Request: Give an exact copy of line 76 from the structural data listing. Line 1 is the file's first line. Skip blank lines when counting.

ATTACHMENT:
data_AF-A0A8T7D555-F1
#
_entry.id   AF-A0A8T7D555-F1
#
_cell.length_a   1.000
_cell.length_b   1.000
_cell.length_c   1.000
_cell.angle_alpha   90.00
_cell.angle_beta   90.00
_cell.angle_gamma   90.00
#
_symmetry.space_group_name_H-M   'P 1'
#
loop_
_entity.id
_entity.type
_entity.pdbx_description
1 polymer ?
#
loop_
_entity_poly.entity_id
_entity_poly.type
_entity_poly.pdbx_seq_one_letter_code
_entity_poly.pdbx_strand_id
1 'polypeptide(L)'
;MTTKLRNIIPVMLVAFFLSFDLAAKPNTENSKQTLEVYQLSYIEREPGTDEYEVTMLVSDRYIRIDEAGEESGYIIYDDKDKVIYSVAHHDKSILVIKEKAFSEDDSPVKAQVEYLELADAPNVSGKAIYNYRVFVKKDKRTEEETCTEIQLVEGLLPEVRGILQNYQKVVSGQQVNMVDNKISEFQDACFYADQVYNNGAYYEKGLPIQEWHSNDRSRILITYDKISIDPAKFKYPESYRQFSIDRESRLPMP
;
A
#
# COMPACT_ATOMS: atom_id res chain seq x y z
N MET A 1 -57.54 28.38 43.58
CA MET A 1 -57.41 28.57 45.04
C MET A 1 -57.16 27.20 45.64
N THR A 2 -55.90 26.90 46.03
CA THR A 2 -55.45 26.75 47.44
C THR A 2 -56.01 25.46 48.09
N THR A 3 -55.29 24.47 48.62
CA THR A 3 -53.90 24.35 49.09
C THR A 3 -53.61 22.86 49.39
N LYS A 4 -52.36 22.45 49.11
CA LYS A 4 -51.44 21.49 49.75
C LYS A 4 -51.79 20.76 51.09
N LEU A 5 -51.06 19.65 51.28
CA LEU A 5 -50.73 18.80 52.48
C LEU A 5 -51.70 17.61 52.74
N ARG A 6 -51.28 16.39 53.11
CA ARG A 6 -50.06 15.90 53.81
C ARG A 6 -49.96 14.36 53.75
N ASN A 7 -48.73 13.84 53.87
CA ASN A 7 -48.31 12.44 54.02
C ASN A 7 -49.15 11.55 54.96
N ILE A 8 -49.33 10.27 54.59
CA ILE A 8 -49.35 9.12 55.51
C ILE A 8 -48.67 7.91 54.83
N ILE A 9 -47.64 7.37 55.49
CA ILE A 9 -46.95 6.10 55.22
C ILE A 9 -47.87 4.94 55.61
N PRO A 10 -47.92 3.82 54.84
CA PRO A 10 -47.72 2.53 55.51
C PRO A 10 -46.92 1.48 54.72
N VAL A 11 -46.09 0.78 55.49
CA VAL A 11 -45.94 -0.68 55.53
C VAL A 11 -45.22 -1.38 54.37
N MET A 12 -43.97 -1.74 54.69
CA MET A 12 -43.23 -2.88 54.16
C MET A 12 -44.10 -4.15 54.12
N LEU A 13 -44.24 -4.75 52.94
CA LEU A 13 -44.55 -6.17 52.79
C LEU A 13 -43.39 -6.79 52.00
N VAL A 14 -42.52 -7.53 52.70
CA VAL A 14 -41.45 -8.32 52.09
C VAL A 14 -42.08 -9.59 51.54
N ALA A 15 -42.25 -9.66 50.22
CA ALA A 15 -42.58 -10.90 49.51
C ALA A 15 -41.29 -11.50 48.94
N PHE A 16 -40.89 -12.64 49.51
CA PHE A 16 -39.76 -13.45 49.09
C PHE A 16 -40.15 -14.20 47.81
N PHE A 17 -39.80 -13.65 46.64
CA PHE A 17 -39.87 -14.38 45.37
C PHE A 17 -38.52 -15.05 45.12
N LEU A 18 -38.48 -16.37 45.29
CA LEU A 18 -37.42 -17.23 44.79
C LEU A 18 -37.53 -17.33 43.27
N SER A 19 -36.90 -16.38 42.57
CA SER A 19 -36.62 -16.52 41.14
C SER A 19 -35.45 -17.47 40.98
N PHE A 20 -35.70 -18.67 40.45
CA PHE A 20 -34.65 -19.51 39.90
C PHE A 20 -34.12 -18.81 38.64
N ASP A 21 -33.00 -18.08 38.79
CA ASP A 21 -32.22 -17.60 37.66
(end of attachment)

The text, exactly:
N PHE A 16 -40.89 -12.64 49.51